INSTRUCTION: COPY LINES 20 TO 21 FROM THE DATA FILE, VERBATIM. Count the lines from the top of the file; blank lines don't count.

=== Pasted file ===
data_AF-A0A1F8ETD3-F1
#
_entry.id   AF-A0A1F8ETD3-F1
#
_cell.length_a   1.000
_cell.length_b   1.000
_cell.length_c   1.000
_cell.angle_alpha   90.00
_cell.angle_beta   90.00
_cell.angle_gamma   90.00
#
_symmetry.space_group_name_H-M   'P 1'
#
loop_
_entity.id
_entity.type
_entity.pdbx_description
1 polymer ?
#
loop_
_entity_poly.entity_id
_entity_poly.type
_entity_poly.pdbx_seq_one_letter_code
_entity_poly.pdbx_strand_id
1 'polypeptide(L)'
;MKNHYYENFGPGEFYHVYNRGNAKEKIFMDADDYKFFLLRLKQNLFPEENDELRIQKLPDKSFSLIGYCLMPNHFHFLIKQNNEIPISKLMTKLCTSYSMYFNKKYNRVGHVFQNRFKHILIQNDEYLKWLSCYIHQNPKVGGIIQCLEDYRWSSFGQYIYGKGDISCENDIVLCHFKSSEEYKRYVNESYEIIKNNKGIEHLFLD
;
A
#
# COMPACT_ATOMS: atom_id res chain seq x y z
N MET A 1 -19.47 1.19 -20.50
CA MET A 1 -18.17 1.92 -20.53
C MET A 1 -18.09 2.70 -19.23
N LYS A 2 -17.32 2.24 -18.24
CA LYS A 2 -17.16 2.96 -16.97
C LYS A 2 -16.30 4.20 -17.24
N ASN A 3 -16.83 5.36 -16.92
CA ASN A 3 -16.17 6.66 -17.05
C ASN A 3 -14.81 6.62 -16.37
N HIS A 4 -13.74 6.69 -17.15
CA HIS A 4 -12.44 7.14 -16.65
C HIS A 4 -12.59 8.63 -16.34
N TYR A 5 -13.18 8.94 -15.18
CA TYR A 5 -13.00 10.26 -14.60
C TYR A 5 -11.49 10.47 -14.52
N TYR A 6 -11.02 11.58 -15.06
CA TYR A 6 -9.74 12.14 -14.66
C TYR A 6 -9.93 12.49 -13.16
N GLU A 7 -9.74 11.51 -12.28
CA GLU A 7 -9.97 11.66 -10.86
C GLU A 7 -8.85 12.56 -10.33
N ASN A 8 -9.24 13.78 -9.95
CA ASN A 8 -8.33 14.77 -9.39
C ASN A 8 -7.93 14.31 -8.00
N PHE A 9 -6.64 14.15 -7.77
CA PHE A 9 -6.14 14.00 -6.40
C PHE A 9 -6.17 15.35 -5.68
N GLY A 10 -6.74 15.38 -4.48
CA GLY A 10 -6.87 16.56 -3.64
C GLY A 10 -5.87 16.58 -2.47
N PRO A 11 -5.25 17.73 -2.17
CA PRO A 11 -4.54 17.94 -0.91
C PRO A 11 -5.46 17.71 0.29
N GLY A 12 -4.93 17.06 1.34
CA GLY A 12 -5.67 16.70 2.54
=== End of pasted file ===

loop_
_entity_poly.entity_id